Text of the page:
Co-authored by Maril Blanchard
The phrase, the system of Reiki is a spiritual practice, has become a household expression for many Reiki teachers and practitioners. But, what does it mean? And, how do we engage in Reiki as a spiritual practice?
To answer those questions, let’s begin by defining three words — action, practice, and spiritual.
- An action is doing something, with the intention of achieving certain results.
- A practice is one or more related actions repeated on a regular basis, so that the action(s) are embodied as ‘second nature’ or habits. According to George Leonard, author of Mastery, a practice is both a path and a way of being.
- Spiritual pertains to spirit, the animating principle of conscious life, the essence of being, our true nature.
Given these definitions, a spiritual practice is both an action-oriented path for and a way of embodying one’s true nature. In Japan, this path and way of being is often called anshin ritsumei or enlightenment.
When we look at the traditional teachings of Mikao Usui, we see that he offered such a path and way of being, by teaching several actions and practices— the precepts, hands-on healing, symbols and mantras, meditations and the reiju/attunement — that were to be carried out in concert with each other. Let’s take a look at the path and way of being offered by Mikao Usui.
In Shoden, or beginning teachings, students were taught the precepts, hands-on healing, and breathing meditations like joshin kokyu ho. This was the first step on the path. The second step was for the student to engage, over a long period of time, in a daily practice of hands-on self-healing, breathing meditations, and meditation on the precepts.
When the student established a solid embodiment of these practices, he/she entered Okuden, the hidden or inner teachings. In this third step along the spiritual path, students were taught actions and practices designed to help uncover that which was hidden within them, their true nature. Under the guidance of their teacher, they would engage in the fourth step on the spiritual path — they would meditate on the symbols and mantras; practice hatsurei-ho and other meditations, and offer hands-on healing to others.
If, after much practice, the student developed a deep personal understanding and experience of their true nature, they were invited to enter Shinpiden, the mystery teachings. In this, the fifth step on the spiritual path, students were taught actions and practices designed to help them embody their true nature and be anshin ritsumei or enlightenment. This included learning to offer the reiju/attunement and meditate on the Shinpiden symbol and mantra. Again, under the guidance of the teacher, the students would then practice these teachings as a way of fully embodying their true nature. This, the sixth step on the spiritual path, was an interconnected set of ongoing, life-long practices that sometimes lead to the taking the seventh step — teaching from one’s true nature.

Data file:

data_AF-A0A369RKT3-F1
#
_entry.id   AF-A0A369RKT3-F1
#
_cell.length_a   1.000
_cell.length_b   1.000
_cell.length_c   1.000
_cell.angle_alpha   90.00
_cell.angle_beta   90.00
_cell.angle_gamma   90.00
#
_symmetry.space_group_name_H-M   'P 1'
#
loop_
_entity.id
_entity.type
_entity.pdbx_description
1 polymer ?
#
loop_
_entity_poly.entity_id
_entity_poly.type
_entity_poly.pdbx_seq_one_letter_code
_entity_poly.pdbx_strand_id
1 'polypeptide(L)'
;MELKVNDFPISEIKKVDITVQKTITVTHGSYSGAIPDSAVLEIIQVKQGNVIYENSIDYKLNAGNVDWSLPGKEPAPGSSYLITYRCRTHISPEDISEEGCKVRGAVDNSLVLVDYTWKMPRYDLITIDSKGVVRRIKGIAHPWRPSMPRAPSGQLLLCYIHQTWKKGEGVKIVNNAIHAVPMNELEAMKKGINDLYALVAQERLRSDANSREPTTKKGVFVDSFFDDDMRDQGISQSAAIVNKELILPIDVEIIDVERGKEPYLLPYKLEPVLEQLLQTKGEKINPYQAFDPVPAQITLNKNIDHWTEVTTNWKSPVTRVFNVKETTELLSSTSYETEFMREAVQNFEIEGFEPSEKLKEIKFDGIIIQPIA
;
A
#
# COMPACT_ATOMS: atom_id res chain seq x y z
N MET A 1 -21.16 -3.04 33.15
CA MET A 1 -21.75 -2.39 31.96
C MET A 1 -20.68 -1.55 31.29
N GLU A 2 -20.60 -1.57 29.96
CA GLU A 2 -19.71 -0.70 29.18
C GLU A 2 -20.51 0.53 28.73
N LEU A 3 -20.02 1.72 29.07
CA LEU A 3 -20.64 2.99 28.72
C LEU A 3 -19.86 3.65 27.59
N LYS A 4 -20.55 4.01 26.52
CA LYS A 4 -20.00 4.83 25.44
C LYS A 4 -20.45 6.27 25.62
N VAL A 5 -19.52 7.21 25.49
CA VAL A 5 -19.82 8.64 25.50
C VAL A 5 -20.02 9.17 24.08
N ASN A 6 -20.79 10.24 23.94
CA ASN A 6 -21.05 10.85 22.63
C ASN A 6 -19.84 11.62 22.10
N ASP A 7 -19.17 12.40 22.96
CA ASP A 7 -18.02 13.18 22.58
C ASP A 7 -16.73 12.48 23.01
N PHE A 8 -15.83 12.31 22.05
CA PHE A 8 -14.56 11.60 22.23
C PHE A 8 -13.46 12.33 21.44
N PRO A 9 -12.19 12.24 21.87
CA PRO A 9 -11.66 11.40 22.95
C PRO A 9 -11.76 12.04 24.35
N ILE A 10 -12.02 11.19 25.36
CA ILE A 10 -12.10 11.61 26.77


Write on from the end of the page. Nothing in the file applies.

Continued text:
As you can see, meditation was an essential part of Mikao Usui’s teachings. It ‘connects’ the various actions and practices, enabling students to deepen their inner awareness of their true nature. What may be less obvious in Usui’s path is the student’s intention and commitment. Without the intention to realize one’s true nature, and the commitment to undertake the actions and practices that enable that realization, there would be no spiritual practice, no spiritual path, and no embodiment.
Nowadays, unfortunately, the system of Reiki is taught as a set of external tools, even in Reiki schools that claim to teach that Reiki is a spiritual practice. But, a spiritual practice is not about learning more and more tools.
It’s not enough to teach the precepts and recommend that students repeat them every day:
For today only,
Do not anger
Do not worry
Be honest in your work (daily life)
Be compassionate to yourself and others
Be honest: Does simply knowing or saying the precepts mean that you will no longer be angry or worried, that you will be humble, honest, and compassionate?
It’s not enough to teach and practice reiju/attunements. If reiju/attunement could eliminate anger and worry, then, given the number of reijus/attunements performed in the last 100 years, the entire world should now be without anger or worry. As we all know, that is not the case.
It’s not enough to teach and practice hands-on healing. Although hands-on healing is a wonderful experience, if you honestly think about it, have you ever heard of any person achieving enlightenment just by hands-on healing?
A spiritual practice is about discovering and then embodying your true nature. It’s about being anshin ritsumei or enlightenment. And within the system of Reiki, that means engaging in actions and practices that deepen your awareness of the ‘tools’ within the system, as well as yourself.
This is why it’s important to carefully check what Reiki teachers mean when they claim that their way of teaching is a spiritual practice. Ask your teacher about the steps on the path, the nature and interconnections of the actions and practices that they will teach, and how they will guide you as you journey on the path. Also, observe their way of being and whether it’s aligned with the words they speak.
The system of Reiki is a spiritual practice!? Yes…it is anshin ritsumei.
Bronwen and Frans Stiene are the co-founders of the International House of Reiki and co-authors of The Reiki Sourcebook, The Japanese Art of Reiki, Your Reiki Treatment, The A-Z of Reiki Pocketbook and the Reiki Techniques Card Deck. Bronwen and Frans teach in the USA, Europe and Australia. Visit the Courses page to find a course near you.